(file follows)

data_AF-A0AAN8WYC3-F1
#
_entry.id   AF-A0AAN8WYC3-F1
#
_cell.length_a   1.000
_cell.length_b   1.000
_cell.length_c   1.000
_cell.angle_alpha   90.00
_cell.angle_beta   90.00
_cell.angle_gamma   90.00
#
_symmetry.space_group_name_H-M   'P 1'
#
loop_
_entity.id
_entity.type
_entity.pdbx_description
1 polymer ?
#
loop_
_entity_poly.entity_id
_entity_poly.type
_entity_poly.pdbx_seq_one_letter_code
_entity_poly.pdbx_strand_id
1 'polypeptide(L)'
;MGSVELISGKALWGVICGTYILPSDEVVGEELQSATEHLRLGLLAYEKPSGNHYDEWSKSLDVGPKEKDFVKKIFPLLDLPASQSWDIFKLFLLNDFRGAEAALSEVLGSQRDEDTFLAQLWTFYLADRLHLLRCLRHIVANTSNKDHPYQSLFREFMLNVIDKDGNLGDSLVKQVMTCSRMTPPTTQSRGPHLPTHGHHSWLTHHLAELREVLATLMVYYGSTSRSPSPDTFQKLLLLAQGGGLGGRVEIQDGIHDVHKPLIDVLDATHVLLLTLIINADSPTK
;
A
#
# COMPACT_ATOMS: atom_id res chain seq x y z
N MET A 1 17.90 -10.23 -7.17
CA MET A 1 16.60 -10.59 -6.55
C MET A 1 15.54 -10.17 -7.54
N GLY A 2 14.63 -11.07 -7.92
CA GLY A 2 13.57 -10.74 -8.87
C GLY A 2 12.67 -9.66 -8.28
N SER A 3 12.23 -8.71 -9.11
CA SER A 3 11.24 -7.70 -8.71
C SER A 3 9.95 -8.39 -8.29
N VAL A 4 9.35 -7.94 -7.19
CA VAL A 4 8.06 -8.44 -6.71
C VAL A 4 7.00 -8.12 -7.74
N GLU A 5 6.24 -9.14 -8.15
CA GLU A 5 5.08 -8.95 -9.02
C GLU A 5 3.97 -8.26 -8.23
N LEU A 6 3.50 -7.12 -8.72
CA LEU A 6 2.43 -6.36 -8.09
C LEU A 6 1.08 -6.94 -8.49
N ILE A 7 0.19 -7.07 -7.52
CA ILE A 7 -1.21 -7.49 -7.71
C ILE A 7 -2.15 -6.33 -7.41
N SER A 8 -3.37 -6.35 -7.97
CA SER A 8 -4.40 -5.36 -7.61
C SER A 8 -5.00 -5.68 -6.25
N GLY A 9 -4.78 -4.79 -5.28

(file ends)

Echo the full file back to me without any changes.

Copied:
data_AF-A0AAN8WYC3-F1
#
_entry.id   AF-A0AAN8WYC3-F1
#
_cell.length_a   1.000
_cell.length_b   1.000
_cell.length_c   1.000
_cell.angle_alpha   90.00
_cell.angle_beta   90.00
_cell.angle_gamma   90.00
#
_symmetry.space_group_name_H-M   'P 1'
#
loop_
_entity.id
_entity.type
_entity.pdbx_description
1 polymer ?
#
loop_
_entity_poly.entity_id
_entity_poly.type
_entity_poly.pdbx_seq_one_letter_code
_entity_poly.pdbx_strand_id
1 'polypeptide(L)'
;MGSVELISGKALWGVICGTYILPSDEVVGEELQSATEHLRLGLLAYEKPSGNHYDEWSKSLDVGPKEKDFVKKIFPLLDLPASQSWDIFKLFLLNDFRGAEAALSEVLGSQRDEDTFLAQLWTFYLADRLHLLRCLRHIVANTSNKDHPYQSLFREFMLNVIDKDGNLGDSLVKQVMTCSRMTPPTTQSRGPHLPTHGHHSWLTHHLAELREVLATLMVYYGSTSRSPSPDTFQKLLLLAQGGGLGGRVEIQDGIHDVHKPLIDVLDATHVLLLTLIINADSPTK
;
A
#
# COMPACT_ATOMS: atom_id res chain seq x y z
N MET A 1 17.90 -10.23 -7.17
CA MET A 1 16.60 -10.59 -6.55
C MET A 1 15.54 -10.17 -7.54
N GLY A 2 14.63 -11.07 -7.92
CA GLY A 2 13.57 -10.74 -8.87
C GLY A 2 12.67 -9.66 -8.28
N SER A 3 12.23 -8.71 -9.11
CA SER A 3 11.24 -7.70 -8.71
C SER A 3 9.95 -8.39 -8.29
N VAL A 4 9.35 -7.94 -7.19
CA VAL A 4 8.06 -8.44 -6.71
C VAL A 4 7.00 -8.12 -7.74
N GLU A 5 6.24 -9.14 -8.15
CA GLU A 5 5.08 -8.95 -9.02
C GLU A 5 3.97 -8.26 -8.23
N LEU A 6 3.50 -7.12 -8.72
CA LEU A 6 2.43 -6.36 -8.09
C LEU A 6 1.08 -6.94 -8.49
N ILE A 7 0.19 -7.07 -7.52
CA ILE A 7 -1.21 -7.49 -7.71
C ILE A 7 -2.15 -6.33 -7.41
N SER A 8 -3.37 -6.35 -7.97
CA SER A 8 -4.40 -5.36 -7.61
C SER A 8 -5.00 -5.68 -6.25
N GLY A 9 -4.78 -4.79 -5.28